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Navigating the Commoditization of International Freight: What It Means for Your Business

Transportation is a service that is provided to move goods around the world. There are multiple companies involved in the process, including truck operators, vessel operators, and service providers.

A service is not a commodity – or at least is not supposed to be treated as a commodity. The reason is that when you buy a commodity, you make something out of it – you buy aluminum and you make bikes, or you buy plastics and you mold them into toys. A service is something you buy to support the actual product you sell – in our case, it is to move your product safely, timely, securely and economically. This service does not only impact the cost of your product but also the experience of your customer for the transaction they do.

International logistics and transportation are a service at its core.

In general, logistics has always fluctuated in price in the past based on the supply/demand of vessel space, trade, trucker availability, and so on. During Covid, these fluctuations got more marginal, and customers were all told the same by the operators – “we are full, we cannot match demand, so we need to increase the price not one fold, or two, but ten or twenty.”

This situation of overdemand with limited supply in transportation has brought the understanding for some importers/exporters that transportation services are getting treated as a commodity. And today, for many, a “service” of the past is the “commodity” of today.

There are multiple reasons for this besides pricing.

Since digitalization started, many companies focused on cost-cutting, which impacted service quality. Many large companies started to stop assigning sales representatives, dedicated customer service teams, or even any person for many of their customers.

Customers are told to utilize the “digital tools” which failed and continuing to fail to handle exceptions. So, once the right value to the customers is not given and prices went up in an extraordinary fashion, customers’ perspectives changed, and today we see this trend of commoditization of freight.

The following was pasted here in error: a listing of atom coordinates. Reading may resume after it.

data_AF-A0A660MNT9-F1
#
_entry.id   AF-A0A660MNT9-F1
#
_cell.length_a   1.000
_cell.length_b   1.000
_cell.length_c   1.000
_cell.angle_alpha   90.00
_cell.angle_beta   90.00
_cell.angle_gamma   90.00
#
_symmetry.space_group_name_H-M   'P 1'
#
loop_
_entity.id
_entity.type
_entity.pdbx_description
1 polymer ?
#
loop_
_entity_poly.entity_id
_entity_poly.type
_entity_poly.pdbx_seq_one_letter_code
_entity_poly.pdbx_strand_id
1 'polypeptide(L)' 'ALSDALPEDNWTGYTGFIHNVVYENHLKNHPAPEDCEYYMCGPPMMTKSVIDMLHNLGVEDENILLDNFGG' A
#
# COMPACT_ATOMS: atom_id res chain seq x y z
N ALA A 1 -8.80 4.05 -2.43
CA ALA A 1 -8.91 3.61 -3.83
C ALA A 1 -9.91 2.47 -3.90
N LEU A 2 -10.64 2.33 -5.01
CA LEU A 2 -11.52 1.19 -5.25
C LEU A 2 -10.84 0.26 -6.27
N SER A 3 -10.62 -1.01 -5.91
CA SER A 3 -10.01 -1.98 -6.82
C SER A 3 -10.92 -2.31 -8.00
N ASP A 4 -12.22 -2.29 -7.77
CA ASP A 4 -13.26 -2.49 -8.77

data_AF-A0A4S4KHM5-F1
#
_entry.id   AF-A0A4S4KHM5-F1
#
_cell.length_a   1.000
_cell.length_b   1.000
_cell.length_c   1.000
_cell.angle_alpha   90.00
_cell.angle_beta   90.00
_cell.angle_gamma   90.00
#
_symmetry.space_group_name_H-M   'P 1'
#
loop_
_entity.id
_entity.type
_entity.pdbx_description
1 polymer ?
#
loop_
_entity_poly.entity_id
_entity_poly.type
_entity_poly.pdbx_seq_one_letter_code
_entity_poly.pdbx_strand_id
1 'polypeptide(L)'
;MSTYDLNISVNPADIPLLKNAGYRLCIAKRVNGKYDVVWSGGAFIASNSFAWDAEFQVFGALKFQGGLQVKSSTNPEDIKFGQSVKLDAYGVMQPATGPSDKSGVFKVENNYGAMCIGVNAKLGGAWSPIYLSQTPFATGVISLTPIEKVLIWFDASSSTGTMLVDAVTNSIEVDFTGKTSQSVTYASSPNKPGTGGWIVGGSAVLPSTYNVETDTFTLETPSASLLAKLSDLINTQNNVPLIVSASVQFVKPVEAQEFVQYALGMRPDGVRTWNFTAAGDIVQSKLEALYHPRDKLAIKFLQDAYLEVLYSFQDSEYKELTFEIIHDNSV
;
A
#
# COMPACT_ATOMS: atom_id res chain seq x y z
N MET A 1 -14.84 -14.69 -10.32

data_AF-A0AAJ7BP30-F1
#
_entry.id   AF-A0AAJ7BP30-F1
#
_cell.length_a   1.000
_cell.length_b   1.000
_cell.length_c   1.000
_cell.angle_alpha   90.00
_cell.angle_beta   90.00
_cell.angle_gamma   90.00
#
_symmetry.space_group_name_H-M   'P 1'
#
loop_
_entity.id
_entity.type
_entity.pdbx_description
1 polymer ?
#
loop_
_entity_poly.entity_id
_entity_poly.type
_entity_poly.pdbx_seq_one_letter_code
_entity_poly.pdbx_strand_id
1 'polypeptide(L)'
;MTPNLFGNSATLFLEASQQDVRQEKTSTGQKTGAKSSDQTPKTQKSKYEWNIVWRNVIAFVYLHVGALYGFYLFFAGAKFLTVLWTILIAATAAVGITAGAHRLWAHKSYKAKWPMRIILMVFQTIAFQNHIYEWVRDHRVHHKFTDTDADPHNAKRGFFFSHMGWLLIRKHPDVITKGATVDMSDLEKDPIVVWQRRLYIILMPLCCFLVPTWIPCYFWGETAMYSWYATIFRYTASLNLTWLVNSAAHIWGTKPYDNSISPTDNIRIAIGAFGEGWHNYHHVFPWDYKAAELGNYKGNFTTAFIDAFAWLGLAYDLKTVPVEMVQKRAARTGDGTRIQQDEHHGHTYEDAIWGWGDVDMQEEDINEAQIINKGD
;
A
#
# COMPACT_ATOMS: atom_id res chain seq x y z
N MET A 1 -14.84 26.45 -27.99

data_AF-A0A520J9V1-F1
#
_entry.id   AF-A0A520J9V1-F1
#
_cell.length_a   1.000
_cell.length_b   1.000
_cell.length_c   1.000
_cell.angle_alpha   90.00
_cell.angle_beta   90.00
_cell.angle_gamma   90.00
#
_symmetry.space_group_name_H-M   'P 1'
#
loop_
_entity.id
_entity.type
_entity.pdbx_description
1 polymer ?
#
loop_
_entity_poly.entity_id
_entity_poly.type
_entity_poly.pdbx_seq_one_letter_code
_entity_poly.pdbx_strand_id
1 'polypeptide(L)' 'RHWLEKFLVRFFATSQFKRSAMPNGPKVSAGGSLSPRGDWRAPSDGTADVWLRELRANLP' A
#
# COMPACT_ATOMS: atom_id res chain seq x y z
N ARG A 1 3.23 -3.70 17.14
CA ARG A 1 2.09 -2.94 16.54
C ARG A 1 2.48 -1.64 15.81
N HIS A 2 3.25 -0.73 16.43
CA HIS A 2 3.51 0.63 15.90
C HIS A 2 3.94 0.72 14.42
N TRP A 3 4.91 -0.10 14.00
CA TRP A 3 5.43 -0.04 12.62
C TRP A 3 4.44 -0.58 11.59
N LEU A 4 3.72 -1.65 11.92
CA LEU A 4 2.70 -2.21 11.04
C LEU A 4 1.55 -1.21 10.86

According to the Drewry World Container index, we can see fluctuation of ocean freight has been more marginal even following the post-pandemic normalization.

Unfortunately, commoditization of freight is making the interactions among companies more transactional than relational.

Being represented just as a number on a companies’ portfolio doesn’t give customers the right message either. This has been said: keeping a grudge and going after carriers for cheaper and cheaper prices is also not the right path to take.

But what is the right path to take? As usual the right path is the one that requires more effort and patience. Rather than keeping a grudge, communicating with service providers, setting the right terms and conditions of working together – not only for today but also for future is the key. The old school, face-to-face relationship building and committing on both sides is the other. Obviously, we all take down some of those bridges, but we do need each other at some point in the future. Service providers need consistency from their customers to sustain their business in times like this, so that customers can also be supported once the economy comes back and global demand increases.

As it is often said “nothing good in life comes easy”.

Opting for the easy route is seldom the best choice. Instead, fostering robust partnerships and focusing on sustainable practices will likely yield the most beneficial results for all parties involved in the long run – whether in shipping or any industry.

M. Can Fidan
M. Can Fidan
Can is originally from Turkey, where he got a Bachelor’s Degree in Economics at Koc University in Istanbul. After working 5 years at MTS Turkey, he moved to Hong Kong as an MTS Representative, where he stayed 2 years working on Asia Development of the group. After Hong Kong, he came to MTS New York. He is currently the Vice President of Business Development and Export Manager at MTS Logistics, Inc. Fun Fact: Can (read as John in Turkish) is a HUGE soccer fan, and Besiktas is his team. Despite the fact that he has been living abroad since 2005, he follows each and every game religiously!

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